"Balbal " -- a chaotic mess -- was what one protester Monday predicted if there were instability.
"God forbid, if something happened, there's no doubt the result would be chaos," said Muhannad Saeed, standing with friends at Seven Lakes Square. "There are people who don't have principles, people who don't have culture, the unemployed. There's no doubt they would create terrorism. There's nothing ahead for them. It's only God."
Many intellectuals in Damascus contend that the government encourages that perception. The nightly news bulletin often leads with carnage in Iraq. So do the front pages of the state-run newspapers. In times of crisis, the government has announced the arrest of Islamic militants. Most recent was this weekend, "as if God sent them the information," Abdel Nour said.
"The government sells this to every foreign politician who visits," he said. " 'If we fall, there will be radicals, fundamentalists and Islamists in Syria. This will be bad for you in Iraq and bad for your ally Israel.' "
The fears of an Iraq scenario were in part behind the Damascus Declaration, a statement issued Oct. 16 by a variety of opposition groups and figures. For perhaps the first time in Syrian history, it brought together the exiled leadership of the Muslim Brotherhood, a jailed lawmaker, leftist and nationalist groups, Kurdish movements and secular dissidents in what opposition figures hailed as a watershed for a camp that the government has long kept splintered and acrimonious.
The four-page document called for an end to emergency law, in place since 1963; the release of political prisoners; and the return of exiles. It endorsed the cultural and political rights of Kurds and other minorities and, in a key concession to the Brotherhood, declared that "Islam is the religion of the majority." It called for Syria's transformation, through peaceful means, from "a security state to a political state," based on free and regular elections, a democratic constitution, rule of law, pluralism and individual rights.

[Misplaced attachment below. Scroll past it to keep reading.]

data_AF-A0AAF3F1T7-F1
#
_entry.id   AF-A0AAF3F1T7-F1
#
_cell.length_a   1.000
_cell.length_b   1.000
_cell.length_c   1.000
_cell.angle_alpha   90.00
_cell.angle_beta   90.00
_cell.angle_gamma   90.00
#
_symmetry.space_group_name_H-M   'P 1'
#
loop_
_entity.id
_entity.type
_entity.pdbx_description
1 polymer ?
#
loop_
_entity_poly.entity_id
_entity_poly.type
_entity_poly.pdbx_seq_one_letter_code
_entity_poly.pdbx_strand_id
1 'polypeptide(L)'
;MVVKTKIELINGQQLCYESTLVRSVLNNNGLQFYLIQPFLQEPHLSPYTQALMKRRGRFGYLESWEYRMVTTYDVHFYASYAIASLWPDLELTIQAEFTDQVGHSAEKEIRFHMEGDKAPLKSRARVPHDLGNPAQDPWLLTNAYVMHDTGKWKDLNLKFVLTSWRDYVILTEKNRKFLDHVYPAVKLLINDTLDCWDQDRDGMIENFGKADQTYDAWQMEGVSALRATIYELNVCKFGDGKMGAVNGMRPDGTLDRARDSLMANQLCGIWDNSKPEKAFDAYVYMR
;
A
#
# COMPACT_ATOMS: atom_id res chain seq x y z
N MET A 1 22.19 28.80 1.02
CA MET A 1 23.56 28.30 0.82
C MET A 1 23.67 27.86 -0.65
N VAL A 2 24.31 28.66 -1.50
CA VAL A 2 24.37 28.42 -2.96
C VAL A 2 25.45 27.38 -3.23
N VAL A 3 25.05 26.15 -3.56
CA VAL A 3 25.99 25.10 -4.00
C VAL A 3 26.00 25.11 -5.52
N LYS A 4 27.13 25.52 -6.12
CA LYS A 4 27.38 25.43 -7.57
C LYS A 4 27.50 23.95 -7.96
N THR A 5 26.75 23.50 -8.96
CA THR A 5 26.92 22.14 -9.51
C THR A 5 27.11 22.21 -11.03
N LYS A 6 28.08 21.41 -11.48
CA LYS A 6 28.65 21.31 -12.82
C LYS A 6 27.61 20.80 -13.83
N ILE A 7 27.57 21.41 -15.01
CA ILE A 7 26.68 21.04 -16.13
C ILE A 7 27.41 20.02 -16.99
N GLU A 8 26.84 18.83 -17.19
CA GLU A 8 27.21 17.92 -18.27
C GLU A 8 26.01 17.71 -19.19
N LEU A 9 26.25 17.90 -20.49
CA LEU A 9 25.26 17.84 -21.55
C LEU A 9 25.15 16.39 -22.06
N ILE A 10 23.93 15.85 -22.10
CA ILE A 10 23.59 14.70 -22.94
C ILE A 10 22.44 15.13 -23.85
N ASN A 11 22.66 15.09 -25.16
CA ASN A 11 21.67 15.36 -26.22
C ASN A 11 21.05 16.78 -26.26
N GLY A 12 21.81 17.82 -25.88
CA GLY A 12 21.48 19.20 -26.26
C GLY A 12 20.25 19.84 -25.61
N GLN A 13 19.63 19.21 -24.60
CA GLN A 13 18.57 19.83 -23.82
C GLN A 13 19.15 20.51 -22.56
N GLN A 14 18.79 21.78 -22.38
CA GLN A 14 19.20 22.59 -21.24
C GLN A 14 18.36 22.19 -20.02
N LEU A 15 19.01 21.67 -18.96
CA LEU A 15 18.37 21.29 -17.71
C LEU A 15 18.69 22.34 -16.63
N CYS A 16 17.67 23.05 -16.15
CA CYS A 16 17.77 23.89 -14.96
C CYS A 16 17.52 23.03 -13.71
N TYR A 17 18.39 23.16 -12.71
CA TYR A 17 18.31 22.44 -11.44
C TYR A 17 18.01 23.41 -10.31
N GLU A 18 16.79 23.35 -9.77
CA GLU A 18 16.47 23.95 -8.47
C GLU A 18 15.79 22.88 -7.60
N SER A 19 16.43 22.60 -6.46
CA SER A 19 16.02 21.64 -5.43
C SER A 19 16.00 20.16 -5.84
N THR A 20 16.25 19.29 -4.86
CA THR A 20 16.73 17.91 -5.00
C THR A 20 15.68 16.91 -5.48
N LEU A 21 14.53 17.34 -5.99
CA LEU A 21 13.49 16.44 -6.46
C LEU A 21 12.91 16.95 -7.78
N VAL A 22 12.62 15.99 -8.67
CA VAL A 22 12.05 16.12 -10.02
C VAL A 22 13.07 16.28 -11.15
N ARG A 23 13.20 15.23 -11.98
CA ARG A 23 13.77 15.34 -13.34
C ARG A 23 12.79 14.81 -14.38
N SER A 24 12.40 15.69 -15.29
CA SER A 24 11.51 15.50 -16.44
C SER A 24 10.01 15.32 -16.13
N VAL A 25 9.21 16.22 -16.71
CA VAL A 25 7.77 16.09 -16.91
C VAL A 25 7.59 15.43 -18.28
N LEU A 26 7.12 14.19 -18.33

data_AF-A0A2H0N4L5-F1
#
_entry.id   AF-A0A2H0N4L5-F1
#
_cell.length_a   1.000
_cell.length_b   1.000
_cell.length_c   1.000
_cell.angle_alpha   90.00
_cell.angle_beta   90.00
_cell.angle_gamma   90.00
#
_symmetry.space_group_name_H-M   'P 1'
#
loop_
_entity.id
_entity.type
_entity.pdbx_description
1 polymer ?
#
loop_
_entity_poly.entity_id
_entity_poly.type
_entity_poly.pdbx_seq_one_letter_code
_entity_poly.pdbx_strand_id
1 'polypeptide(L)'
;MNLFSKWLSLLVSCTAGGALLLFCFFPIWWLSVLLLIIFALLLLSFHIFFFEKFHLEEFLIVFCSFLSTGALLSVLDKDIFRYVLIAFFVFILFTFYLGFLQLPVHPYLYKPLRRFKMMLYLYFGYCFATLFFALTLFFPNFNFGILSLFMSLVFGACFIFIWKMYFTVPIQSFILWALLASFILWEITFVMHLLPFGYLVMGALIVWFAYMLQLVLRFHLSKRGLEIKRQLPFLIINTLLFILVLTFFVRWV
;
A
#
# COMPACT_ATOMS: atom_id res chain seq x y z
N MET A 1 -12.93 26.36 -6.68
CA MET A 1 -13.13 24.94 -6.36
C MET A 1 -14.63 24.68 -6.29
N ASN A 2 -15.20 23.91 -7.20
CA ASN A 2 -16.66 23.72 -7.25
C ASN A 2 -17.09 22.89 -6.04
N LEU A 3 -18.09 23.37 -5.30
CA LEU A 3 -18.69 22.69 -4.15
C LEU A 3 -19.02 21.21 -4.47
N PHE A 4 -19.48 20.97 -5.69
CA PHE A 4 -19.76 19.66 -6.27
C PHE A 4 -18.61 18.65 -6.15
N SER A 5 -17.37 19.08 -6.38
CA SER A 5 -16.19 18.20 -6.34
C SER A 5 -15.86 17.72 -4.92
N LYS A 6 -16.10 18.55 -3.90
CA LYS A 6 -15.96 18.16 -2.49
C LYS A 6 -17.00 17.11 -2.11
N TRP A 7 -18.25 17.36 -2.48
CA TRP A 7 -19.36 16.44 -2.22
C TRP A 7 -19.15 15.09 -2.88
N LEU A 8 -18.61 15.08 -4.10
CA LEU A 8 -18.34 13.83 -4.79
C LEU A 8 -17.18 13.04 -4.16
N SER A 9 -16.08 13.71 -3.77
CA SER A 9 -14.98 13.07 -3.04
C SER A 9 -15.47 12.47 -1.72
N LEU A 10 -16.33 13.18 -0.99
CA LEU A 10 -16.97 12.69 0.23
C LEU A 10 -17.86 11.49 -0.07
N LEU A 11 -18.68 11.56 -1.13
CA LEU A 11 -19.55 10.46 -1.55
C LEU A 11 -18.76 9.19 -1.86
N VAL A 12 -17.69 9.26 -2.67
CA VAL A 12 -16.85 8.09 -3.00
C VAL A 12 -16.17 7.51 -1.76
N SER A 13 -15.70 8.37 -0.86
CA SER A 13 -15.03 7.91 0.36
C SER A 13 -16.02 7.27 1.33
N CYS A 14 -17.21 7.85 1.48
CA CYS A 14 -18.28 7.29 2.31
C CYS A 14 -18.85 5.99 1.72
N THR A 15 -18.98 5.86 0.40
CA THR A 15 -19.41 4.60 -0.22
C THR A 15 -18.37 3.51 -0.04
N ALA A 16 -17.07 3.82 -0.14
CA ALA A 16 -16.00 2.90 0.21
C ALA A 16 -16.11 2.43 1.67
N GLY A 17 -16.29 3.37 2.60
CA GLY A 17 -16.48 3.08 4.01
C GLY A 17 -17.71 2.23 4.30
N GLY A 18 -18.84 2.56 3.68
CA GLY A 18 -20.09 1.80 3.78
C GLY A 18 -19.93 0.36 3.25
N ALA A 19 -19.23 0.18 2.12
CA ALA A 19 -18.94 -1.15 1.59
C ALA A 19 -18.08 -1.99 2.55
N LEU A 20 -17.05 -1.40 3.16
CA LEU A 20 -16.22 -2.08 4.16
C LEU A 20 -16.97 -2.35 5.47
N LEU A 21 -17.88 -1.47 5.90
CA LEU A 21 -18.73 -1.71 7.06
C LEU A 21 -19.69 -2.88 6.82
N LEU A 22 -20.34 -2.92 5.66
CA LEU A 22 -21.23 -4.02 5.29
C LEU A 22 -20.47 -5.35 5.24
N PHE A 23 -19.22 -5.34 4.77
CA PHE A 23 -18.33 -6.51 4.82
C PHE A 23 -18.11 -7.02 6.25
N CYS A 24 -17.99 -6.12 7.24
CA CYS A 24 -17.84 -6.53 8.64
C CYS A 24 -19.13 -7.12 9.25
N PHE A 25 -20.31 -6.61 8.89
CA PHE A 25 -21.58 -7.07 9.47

"Our intention is to say to the world, 'It is not true that the options in Syria are either the regime or chaos,' " said Saleh, the opposition activist, who spent 16 years in jail and was among those who spent five months drafting the declaration.
In a best-case scenario, he said, a transition in Syria would cost dozens, perhaps hundreds of lives and would transpire in a matter of weeks. "It may be a price that Syria can bear," he said.
Others are less sure. "If the people believe the situation in Syria will be like Iraq, they will choose Bashar Assad," said Haithem Maleh, a 74-year-old human rights lawyer and outspoken activist.
Around him were the artifacts of his six years in prison in the 1980s -- three framed Koranic inscriptions, one crafted in a cell over three months by arranging 96,000 ballpoint-size beads. "I don't know if we will succeed or not, but I hope," he added.
Abu Abdo Mustafa sat in a shop splashed with color, cluttered with inlaid wood and miniature Persian paintings, and shadowed by the landmark Umayyad Mosque and the cavernous Hamdiya Market. He said he worries about where the crisis is headed and longs for the U.S. policy of past years.
"They always used to use vinegar and honey," he said. "You can't only use vinegar."
As a merchant, though, he had the Damascene sense of a deal: Bargain only so far, Mustafa suggested. "We've seen Lebanon. We're watching Iraq very carefully," he said, his phrasing judiciously vague. "No one has an alternative. If you have someone coming who's not popular, you'll have the same as Iraq. People here are wiser."